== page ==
My cheeks went hot with rage and fear. I had previously told the staff that I only wanted female masseuses, but I hadn’t bothered to specify anything that day, because I figured why bother saying something when they’ve assigned me a woman anyway? I stared at the man’s feet through the face hole in the massage table, wanting desperately to scream for him to stop — to tell him that he was being too rough and hurting me; to ask for the woman back. My muscles tightened and I internally begged and berated myself to just say something; anything. Instead, I seethed in silence, unable to act.
My partner lay just four feet away from me, completely oblivious to my suffering — unaware that any change had been made, or that I was so deeply affected by it.
As we walked to the car, I felt myself falling apart. I sobbed, and told him what happened.
“Why didn’t you just say something?” he asked, obviously hurt that the entire traumatic experience had happened right under his nose without his stepping in.
“I couldn’t. You don’t understand,” I said through my tears, trying to find a way to understand myself; knowing that there will be many more instances like this, where I long to stand up for myself but simply can’t; feeling so incredibly pathetic and small.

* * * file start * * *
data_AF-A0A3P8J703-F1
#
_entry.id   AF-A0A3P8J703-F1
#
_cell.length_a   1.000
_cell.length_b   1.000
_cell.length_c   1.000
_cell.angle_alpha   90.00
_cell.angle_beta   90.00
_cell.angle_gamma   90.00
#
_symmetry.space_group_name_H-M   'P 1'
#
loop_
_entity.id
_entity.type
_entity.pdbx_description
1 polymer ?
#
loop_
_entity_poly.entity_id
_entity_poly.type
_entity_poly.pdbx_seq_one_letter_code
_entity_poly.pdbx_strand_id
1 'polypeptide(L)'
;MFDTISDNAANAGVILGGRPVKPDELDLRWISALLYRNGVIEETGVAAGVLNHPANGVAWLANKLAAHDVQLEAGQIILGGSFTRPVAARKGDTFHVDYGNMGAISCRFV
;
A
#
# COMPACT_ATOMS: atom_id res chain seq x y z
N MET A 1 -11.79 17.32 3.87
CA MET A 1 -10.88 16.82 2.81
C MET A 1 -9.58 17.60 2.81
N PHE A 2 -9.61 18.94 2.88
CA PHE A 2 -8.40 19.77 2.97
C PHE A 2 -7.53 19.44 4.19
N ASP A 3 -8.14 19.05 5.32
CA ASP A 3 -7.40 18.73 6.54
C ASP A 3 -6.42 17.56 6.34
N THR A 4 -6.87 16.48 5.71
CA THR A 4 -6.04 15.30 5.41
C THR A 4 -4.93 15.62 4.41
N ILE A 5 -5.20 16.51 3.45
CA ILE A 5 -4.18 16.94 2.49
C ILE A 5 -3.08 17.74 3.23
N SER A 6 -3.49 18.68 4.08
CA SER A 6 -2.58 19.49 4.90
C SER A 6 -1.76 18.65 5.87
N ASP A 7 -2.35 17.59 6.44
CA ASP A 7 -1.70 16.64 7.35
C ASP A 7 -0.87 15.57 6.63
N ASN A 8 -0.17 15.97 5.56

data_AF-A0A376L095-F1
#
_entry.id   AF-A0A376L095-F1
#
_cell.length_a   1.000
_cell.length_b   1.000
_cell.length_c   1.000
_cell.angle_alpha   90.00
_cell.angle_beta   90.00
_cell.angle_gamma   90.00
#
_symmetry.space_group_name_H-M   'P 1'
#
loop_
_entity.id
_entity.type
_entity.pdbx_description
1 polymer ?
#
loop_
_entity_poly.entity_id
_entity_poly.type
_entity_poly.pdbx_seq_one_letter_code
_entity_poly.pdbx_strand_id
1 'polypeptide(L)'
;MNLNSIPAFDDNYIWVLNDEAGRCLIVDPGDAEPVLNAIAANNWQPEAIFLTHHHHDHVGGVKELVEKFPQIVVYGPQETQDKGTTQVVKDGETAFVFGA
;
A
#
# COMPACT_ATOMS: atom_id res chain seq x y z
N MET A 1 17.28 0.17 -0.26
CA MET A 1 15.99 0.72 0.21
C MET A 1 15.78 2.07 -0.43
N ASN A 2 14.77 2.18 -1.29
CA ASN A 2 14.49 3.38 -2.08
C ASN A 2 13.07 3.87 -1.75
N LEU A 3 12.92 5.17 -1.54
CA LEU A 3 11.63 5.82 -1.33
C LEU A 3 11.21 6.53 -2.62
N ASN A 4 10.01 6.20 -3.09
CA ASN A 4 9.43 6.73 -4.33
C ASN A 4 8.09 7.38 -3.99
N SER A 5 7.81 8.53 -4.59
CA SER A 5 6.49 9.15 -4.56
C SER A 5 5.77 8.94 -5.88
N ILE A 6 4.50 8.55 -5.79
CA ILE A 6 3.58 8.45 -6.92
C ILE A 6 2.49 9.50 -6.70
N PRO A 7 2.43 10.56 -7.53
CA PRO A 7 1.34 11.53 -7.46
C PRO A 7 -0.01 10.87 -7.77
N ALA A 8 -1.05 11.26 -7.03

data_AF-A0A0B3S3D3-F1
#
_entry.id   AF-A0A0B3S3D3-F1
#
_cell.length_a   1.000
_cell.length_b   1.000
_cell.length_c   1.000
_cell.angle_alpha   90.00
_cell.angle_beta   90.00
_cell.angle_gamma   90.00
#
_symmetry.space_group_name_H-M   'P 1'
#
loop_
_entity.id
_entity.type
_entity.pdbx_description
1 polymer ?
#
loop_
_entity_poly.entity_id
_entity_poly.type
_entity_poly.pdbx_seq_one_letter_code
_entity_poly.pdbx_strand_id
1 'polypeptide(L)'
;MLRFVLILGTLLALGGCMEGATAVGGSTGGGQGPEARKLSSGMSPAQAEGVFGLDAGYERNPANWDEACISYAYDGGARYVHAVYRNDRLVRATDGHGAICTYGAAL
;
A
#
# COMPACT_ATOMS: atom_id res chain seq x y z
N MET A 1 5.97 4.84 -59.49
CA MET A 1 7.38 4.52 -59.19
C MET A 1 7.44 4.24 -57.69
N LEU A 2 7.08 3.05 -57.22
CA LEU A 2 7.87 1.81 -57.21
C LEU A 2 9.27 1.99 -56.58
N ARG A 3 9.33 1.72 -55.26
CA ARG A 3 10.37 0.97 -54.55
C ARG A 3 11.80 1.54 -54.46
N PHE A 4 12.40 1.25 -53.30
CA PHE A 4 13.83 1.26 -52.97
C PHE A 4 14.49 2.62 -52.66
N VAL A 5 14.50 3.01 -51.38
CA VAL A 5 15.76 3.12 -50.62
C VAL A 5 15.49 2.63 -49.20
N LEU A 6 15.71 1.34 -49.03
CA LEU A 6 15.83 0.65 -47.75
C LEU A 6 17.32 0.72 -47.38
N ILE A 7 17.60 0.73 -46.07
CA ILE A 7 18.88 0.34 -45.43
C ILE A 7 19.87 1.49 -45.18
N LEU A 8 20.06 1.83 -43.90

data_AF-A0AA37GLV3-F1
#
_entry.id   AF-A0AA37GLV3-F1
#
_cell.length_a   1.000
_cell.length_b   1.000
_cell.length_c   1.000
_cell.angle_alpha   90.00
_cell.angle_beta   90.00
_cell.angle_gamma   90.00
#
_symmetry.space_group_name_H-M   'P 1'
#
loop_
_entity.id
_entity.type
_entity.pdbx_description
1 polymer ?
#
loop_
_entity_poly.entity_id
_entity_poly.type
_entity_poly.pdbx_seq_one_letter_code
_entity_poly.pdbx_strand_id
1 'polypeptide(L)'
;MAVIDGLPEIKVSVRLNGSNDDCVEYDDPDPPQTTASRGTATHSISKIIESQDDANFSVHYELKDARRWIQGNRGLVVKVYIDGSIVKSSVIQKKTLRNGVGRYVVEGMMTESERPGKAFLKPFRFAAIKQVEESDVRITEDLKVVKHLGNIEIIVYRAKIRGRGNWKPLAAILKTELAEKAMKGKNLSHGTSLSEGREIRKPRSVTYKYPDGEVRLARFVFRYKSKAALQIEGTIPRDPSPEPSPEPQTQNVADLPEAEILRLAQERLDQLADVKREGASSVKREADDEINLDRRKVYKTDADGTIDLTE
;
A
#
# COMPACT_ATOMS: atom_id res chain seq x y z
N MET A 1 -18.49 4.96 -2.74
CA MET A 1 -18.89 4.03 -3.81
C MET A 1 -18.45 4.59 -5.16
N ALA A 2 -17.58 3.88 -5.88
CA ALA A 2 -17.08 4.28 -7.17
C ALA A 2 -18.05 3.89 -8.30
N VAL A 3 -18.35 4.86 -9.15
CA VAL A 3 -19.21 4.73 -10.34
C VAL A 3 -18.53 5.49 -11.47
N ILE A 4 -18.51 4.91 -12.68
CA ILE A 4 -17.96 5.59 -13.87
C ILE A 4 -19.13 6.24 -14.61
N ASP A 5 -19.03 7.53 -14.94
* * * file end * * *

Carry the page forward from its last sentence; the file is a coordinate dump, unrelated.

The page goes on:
I explained to him why “just saying something” is so terrifyingly impossible to me and why I play dead rather than assert my needs. In the process, I found myself easing up on the self-judgment for a moment and really understanding my own actions from an outsider’s perspective, rather than colored by my fear and shame. At the moment, that really feels like a huge step.
I know my healing will never end. It comes in tides and there will always be something around the corner to challenge my ability to forgive myself. In times like these, I must remind myself of the same mantra I’ve been repeating daily for decades: you did nothing wrong; it’s not your fault.